Since the days when elves, dwarves, giants, and dragons ruled a Faerûn of trackless forest and unspoiled wilderness, those who could manipulate the Weave have sought deeper understanding, greater power, and hidden knowledge in the hope of gaining an advantage over their enemies. The early human empires were no different. The Imaskari mastered the lore of gates and portals, transporting thousands of hapless slaves from other worlds to serve their arcane might. The Netherese studied the art of devising magic devices, creating marvels and terrors that still slumber under the sands of Anauroch. The Raumathari blighted Faerûn forever by summoning hordes of orc warriors to serve in their war against old Narfell and then losing control of their own warriors.
Wizards dream of secret schools of magic, paths of spells made possible by a new understanding of the Art, and forbidden studies leading to awesome new powers. Dozens of paths to power and understanding have been tried and abandoned, and new research - some founded in meticulous study, some inspired by fevered flights of horror - routinely unveils some new methodology of arcane spellcasting or results in spells never before seen in Faerûn.
Stories abound of the legendary spells of old Netheril and the vanished elven realms, spells whose power dwarfed that of the mightiest wish possible today. Wizards have unlocked the secrets of a dark Weave unfettered by Mystra's power, clerics and adepts draw potent spells with runes, and the wreckage ot ancient dweomers lie scattered across the land in the form of a portal network riddling the fabric of space.
During the course of her eternal war with the goddess Selûne, the goddess Shar created the Shadow Weave in response to Selûne's creation of Mystra and the birth of the Weave. If the Weave is a loose mesh permeating reality, the Shadow Weave is the pattern formed by the negative space between the Weave's strands. It provides an alternative conduit and methodology for casting spells.
Shar, being the goddess of secrets, has mostly kept the secret of the Shadow Weave to herself. Over the millennia some mortals, mainly her servants, have been allowed to discover the Shadow Weave or have stumbled across it in their researches.
Shadow Weave users enjoy several advantages. First, they ignore disruptions in the Weave. A Shadow Weave effect works normally in a dead magic or wild magic zone. (An antimagic field, which blocks the flow of magic, remains effective against Shadow Weave magic, as does spell resistance.) Skilled Shadow Weave users are able to cast spells that are extraordinarily difficult for Weave users to perceive, counter, or dispel.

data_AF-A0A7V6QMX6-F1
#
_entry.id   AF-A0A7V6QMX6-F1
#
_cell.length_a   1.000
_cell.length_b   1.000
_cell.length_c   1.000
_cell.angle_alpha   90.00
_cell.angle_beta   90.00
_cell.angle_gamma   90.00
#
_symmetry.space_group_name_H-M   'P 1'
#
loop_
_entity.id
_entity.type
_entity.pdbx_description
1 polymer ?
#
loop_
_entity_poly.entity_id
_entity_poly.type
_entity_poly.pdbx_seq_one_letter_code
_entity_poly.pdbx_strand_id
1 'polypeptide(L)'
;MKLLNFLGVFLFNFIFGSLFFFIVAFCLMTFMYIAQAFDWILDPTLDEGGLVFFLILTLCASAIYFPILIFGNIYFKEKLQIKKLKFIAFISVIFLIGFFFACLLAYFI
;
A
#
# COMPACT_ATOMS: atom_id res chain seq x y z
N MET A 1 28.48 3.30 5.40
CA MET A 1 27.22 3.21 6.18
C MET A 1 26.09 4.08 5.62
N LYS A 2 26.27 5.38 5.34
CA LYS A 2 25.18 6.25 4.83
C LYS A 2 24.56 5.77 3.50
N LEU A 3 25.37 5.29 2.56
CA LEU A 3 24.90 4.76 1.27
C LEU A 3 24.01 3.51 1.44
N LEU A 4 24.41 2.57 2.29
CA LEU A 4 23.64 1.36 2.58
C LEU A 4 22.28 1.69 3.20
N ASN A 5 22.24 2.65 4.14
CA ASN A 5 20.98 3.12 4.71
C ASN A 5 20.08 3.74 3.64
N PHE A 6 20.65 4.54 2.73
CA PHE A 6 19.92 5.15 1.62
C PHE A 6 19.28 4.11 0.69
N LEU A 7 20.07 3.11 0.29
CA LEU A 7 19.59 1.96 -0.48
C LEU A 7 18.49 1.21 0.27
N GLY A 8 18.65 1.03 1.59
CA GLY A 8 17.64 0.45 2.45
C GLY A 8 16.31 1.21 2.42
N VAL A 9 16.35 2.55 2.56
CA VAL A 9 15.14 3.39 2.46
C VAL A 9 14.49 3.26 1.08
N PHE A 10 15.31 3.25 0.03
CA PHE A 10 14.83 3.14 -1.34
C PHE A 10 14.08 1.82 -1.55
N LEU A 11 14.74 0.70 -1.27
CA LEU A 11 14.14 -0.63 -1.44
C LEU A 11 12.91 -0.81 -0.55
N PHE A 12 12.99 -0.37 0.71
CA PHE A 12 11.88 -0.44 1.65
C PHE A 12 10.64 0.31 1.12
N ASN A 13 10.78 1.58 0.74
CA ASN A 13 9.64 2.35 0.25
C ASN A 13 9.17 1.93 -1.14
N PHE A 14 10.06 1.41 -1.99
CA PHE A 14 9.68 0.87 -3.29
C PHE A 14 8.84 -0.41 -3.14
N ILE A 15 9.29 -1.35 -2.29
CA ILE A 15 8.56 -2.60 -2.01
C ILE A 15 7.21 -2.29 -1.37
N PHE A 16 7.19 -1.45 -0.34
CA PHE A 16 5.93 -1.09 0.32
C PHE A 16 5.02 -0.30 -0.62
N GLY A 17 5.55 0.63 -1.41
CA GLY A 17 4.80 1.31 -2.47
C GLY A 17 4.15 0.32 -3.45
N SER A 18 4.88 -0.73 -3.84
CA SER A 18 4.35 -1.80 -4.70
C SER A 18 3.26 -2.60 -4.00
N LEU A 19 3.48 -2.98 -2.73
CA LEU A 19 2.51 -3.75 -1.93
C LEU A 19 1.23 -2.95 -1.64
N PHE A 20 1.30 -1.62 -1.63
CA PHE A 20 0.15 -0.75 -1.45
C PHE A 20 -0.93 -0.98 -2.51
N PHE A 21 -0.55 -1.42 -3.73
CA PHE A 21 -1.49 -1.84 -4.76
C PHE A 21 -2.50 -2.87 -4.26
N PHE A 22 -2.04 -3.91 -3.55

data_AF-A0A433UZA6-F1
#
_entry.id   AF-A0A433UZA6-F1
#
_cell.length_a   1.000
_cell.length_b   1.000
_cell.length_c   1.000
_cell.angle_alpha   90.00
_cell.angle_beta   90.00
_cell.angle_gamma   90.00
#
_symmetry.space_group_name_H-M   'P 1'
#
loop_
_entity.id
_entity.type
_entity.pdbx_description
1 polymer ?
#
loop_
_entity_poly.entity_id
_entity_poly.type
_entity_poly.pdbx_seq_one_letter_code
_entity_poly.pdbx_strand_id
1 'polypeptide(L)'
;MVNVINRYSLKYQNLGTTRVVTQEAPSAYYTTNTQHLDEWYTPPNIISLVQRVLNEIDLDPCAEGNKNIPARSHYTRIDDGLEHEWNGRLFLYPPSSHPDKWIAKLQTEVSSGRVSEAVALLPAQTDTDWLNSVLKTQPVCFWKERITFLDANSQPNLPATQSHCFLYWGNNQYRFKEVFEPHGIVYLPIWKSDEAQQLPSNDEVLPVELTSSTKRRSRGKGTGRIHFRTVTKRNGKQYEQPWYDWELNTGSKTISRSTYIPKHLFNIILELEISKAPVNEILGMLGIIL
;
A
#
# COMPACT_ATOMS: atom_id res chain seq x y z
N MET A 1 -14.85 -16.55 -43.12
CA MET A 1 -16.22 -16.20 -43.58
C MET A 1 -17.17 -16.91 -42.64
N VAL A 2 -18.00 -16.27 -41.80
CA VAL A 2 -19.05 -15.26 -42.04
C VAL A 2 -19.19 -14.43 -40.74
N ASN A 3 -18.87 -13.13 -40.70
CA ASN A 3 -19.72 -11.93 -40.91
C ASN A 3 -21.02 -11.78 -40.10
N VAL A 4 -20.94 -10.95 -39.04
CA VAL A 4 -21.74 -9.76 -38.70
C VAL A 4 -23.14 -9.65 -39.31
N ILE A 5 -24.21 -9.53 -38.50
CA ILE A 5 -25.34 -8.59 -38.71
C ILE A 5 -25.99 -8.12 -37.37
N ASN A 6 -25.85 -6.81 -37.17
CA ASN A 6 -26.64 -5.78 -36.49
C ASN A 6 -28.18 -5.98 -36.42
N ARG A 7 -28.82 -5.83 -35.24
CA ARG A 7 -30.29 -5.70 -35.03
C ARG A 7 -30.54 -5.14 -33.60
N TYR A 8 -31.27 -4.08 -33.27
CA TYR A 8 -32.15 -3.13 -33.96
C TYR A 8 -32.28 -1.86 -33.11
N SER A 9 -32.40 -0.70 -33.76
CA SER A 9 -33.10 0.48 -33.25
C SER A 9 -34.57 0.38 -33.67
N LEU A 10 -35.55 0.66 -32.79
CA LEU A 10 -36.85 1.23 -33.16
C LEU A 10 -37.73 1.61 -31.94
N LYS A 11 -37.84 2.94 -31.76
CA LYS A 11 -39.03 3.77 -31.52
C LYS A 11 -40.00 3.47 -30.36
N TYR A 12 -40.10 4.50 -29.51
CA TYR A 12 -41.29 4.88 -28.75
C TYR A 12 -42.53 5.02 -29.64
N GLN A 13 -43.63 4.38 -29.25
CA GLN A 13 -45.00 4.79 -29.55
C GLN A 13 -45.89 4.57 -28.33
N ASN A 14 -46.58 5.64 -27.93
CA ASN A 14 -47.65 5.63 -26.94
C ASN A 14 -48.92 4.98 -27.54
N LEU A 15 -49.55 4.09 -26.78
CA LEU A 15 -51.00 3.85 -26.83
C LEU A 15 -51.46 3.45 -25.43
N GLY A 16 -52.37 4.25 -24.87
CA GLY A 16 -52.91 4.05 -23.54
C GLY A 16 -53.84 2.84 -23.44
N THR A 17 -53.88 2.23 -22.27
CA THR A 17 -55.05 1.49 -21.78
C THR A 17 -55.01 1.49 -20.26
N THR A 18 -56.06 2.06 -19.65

Shadow Weave users also suffer some disadvantages. First, Shar has full control over the Shadow Weave and can isolate any creature from it or silence it entirely without any harm to herself. Second, the secrets of the Shadow Weave are disquieting and injurious to the mortal mind. Withdut assistance from Shar, a Shadow Weave user loses a bit of his or her mind. Third, while the Weave serves equally well for any kind of spell, the Shadow Weave is best for spells that sap life or muddle the mind and senses, and is unsuited to spells that manipulate energy or matter - and cannot support any spell that produces light.
Finally, the more familiar a mortal becomes with the secrets of the Shadow Weave, the more divorced she becomes from the Weave. An accomplished Shadow Weave user can work spells that Weave users find difficult to detect, dispel, or counter, but the Shadow Weave user also becomes similarly unable to affect spells worked through the Weave.
Magic items created by those who use the Shadow Weave are rare and dangerous. Only the clergy of Shar and Shar's few arcane devotees create any number of Shadow Weave items. Shadow adepts unallied to Shar's church are rare and reclusive enough that only a handful of magic items are manufactured as Shadow Weave items.
Shadow Weave items are nearly identical to items created by Weave users, but the differences are profound.
Spell-like effects generated from Shadow Weave items have the same benefits and limitations that a Shadow Weave spellcaster has: Effects from the schools of Enchantment, Illusion, and Necromancy gain a +1 bonus on their save DCs and a +1 bonus on caster level checks to overcome spell resistance. The same benefits apply to effects with the darkness designator. Effects from the schools of Evocation and Transmutation have their caster levels reduced by one (though their costs are based on the original caster level). The reduced caster level affects the spell's range, duration, damage, and any other level-dependent variables the effect might have. The effect's save DC is reduced by -1 and caster level checks to overcome spell resistance suffer a -1 penalty. The DC to dispel Evocation or Transmutation effects from a Shadow Weave item is 11 + the reduced caster level. In general, Shadow Weave users do not bother to create items that include Evocation or Transmutation effects.
Shadow Weave items cannot generate effects with the light designator.
Shadow Weave items can pose a serious danger to users who are not familiar with the mysteries of the Shadow Weave. Activating a Shadow Weave item through spell completion, spell trigger, or command word deals 1d4 points of temporary Wisdom damage to the user unless the user has the Shadow Weave Magic feat. A use-activated Shadow Weave item deals 1 point of temporary Wisdom damage the first time it is used each day unless the user has the Shadow Weave Magic feat. If the item functions continuously, the temporary Wisdom damage occurs at dusk each day or when the user takes off or puts aside the item, whichever comes first.
Magic in the Realms